When I first saw the lawnmower I was amazed, but only because I hadn't seen it before and didn't know what it was. Once I realised it was just a lawnmower, I no longer found it amazing. This is because at that point I knew that as strange as it was, at the end of the day it was merely a lawnmower, and I had seen lawnmowers many times before. The true significance of this realisation is in the fact that as incredible as so many aspects of life in the twenty-first century are, it seems to me that it is rare that we are shown something that is completely new – something for which we truly have no frame of reference. I'm old enough to remember a time when there was no such thing as a 'mobile' phone. A time when music was played on records and cassettes. But how must people have felt in the early twentieth century when they saw an aeroplane fly over their heads for the very first time?! The internet is an obvious example of a truly remarkable advancement in technological development that has occurred in recent times, but has anything happened during our lifetimes that can compare to the awe that people must have felt at first seeing a plane fly?

When we look at what is available to us today, a smart phone for example is an extraordinary device that allows a person to accomplish a truly remarkable range of tasks, and it didn't even exist a mere ten years ago. Yet I have to admit, I'm far more annoyed with mine on the rare occasions when it doesn't work, than I am impressed with it when it works exactly as it should. Younger generations today are often accused of taking technology for granted. But if this is actually true, then perhaps it is due in large part to the fact that we have in a sense already seen it all before? A smart phone may be revolutionary, but by the year 2013, I think we can safely say that a simple telephone definitely is not. Maybe being left completely awestruck requires being shown something truly revolutionary – something completely new. The industrial revolution resulted in an explosion of previously unheard of products and inventions, but that time has long since passed. Recent decades have primarily seen the development of existing technologies, and the improvement of previously established products. Consequently, that thrill of surprise that comes with true discovery is perhaps somewhat more difficult for us to capture, and we find ourselves not being impressed by what becomes available to us, but disappointed that it doesn't work better, or that it didn't arrive sooner.

In moments of extreme self-obsession, I've often lamented the fact that I was born when I was, since it seems apparent that I will be dead and gone long before the true age of human space exploration begins, an age that I believe will inevitably come to pass, and the thought of which fascinates me with its seemingly infinite possibilities. It seems that the best I can hope for is to stay alive long enough to witness a manned mission to Mars, but if I'm completely honest with myself, I can't say with any degree of certainty that I would be especially amazed by that if I did see it. The Apollo 11 moon landing has been described by many who lived through it as having stunned the world when it occurred in 1969, but by the launch of Apollo 13 less than a year later, television ratings for the space program had plummeted in the U.S. People had become bored with something that they felt they had already seen – even when that something happened to be three men planning to land on the moon. Would a mission to Mars really be so different? And if it did prove itself able to capture the world's imagination, how long would it be before it inevitably became 'yesterday's news?'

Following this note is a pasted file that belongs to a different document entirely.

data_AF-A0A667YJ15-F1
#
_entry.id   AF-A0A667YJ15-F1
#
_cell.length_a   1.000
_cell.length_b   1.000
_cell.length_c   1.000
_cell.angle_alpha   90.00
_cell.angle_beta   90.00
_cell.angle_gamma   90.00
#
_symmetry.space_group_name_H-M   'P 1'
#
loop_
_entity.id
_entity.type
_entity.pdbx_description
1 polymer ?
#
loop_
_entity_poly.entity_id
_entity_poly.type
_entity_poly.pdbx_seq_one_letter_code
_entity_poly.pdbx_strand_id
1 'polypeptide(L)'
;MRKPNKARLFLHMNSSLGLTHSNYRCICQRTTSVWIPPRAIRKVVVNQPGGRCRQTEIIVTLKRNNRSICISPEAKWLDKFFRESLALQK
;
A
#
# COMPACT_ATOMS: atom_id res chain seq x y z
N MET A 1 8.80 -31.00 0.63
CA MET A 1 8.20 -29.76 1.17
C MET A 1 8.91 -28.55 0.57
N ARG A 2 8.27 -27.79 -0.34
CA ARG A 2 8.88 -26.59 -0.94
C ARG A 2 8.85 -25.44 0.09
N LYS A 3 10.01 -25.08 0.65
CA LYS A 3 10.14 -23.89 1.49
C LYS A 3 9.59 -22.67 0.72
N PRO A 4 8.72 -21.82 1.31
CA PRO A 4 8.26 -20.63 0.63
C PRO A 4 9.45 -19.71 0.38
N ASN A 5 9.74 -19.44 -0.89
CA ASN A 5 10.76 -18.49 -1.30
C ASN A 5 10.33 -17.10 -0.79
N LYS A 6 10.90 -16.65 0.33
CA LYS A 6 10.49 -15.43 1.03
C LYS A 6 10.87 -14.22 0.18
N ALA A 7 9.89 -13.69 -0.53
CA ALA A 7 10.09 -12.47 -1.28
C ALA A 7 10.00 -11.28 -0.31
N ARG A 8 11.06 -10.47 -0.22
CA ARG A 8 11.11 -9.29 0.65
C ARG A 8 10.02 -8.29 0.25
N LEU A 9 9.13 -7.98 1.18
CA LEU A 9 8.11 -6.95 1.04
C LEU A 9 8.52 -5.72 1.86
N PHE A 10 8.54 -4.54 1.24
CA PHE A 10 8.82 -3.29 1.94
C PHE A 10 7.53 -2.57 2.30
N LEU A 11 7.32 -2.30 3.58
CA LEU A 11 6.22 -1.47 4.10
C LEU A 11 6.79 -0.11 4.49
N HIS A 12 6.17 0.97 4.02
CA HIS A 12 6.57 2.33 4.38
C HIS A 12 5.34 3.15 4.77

In saying all of this, I'm not suggesting that we ought to bow down before our toaster every morning in a show of appreciation for all that technology has given us. But it does strike me as something of a shame that we are apparently unable to experience that sense of awe and wonder in the presence of the new as easily or as often as was perhaps the case in the past. How one might go about overcoming this feeling of familiarity with all that the modern world has to offer is something I have not yet managed to figure out. However, as long as I remember the fact that I was once albeit briefly amazed at the sight of a machine that cuts grass, I feel that there is hope for me to re-experience that incredible feeling I had of shock and awe. Or then again, maybe I'll just wait until someone invents a machine that can recreate that feeling for me, and then fail to be impressed by it.

Thinking Problem

Thinking Problem

DJ Shadow: Master of the Drumverse